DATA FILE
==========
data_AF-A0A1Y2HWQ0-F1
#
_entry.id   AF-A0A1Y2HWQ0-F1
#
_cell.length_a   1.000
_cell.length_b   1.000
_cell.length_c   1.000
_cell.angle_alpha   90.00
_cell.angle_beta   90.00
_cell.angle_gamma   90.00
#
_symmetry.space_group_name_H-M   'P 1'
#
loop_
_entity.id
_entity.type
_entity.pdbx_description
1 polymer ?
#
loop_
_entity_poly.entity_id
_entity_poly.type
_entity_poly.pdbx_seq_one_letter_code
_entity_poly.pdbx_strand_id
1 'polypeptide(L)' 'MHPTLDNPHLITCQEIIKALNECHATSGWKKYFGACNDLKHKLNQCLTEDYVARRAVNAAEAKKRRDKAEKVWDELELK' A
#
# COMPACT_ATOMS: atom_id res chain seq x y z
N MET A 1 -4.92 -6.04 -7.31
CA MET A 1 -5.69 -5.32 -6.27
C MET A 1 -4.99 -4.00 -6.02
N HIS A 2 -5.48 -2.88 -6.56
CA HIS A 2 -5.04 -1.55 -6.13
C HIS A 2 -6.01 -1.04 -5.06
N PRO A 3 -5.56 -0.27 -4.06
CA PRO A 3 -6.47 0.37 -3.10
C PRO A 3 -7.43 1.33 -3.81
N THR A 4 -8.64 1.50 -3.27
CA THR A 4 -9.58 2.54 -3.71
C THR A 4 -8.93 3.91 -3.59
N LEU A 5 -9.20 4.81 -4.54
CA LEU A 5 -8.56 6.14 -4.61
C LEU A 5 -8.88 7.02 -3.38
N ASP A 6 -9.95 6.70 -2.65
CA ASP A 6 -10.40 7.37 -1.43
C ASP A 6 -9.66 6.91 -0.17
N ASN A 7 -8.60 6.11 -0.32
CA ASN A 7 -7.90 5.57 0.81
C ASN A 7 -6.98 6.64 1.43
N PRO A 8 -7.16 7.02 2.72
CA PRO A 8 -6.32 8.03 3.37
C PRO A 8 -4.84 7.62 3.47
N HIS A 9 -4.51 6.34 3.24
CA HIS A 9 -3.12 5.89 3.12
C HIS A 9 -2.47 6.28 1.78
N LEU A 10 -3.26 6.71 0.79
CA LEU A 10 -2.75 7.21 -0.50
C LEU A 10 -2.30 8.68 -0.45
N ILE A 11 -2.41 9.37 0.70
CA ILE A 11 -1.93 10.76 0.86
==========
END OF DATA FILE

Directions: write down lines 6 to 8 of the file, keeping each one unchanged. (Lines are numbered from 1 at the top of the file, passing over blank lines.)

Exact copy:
_cell.length_b   1.000
_cell.length_c   1.000
_cell.angle_alpha   90.00